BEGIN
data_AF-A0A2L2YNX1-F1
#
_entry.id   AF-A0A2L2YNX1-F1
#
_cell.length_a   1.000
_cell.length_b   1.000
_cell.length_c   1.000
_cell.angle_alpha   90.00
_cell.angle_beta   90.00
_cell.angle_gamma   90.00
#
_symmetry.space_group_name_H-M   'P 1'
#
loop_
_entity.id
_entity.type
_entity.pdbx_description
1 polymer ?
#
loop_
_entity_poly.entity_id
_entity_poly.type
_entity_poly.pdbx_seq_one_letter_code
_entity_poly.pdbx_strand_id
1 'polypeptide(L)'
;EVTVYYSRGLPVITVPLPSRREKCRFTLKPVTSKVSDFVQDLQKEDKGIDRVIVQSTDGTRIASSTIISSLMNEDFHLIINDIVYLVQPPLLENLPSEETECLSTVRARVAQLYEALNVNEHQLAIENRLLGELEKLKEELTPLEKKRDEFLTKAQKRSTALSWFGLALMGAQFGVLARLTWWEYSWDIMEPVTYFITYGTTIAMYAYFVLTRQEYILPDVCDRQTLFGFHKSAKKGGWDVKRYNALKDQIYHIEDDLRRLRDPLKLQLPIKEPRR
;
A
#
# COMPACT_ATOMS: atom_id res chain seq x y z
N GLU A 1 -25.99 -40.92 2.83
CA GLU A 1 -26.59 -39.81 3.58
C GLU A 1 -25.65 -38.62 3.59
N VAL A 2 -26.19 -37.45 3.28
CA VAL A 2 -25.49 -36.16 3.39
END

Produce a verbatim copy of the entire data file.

data_AF-A0A2L2YNX1-F1
#
_entry.id   AF-A0A2L2YNX1-F1
#
_cell.length_a   1.000
_cell.length_b   1.000
_cell.length_c   1.000
_cell.angle_alpha   90.00
_cell.angle_beta   90.00
_cell.angle_gamma   90.00
#
_symmetry.space_group_name_H-M   'P 1'
#
loop_
_entity.id
_entity.type
_entity.pdbx_description
1 polymer ?
#
loop_
_entity_poly.entity_id
_entity_poly.type
_entity_poly.pdbx_seq_one_letter_code
_entity_poly.pdbx_strand_id
1 'polypeptide(L)'
;EVTVYYSRGLPVITVPLPSRREKCRFTLKPVTSKVSDFVQDLQKEDKGIDRVIVQSTDGTRIASSTIISSLMNEDFHLIINDIVYLVQPPLLENLPSEETECLSTVRARVAQLYEALNVNEHQLAIENRLLGELEKLKEELTPLEKKRDEFLTKAQKRSTALSWFGLALMGAQFGVLARLTWWEYSWDIMEPVTYFITYGTTIAMYAYFVLTRQEYILPDVCDRQTLFGFHKSAKKGGWDVKRYNALKDQIYHIEDDLRRLRDPLKLQLPIKEPRR
;
A
#
# COMPACT_ATOMS: atom_id res chain seq x y z
N GLU A 1 -25.99 -40.92 2.83
CA GLU A 1 -26.59 -39.81 3.58
C GLU A 1 -25.65 -38.62 3.59
N VAL A 2 -26.19 -37.45 3.28
CA VAL A 2 -25.49 -36.16 3.39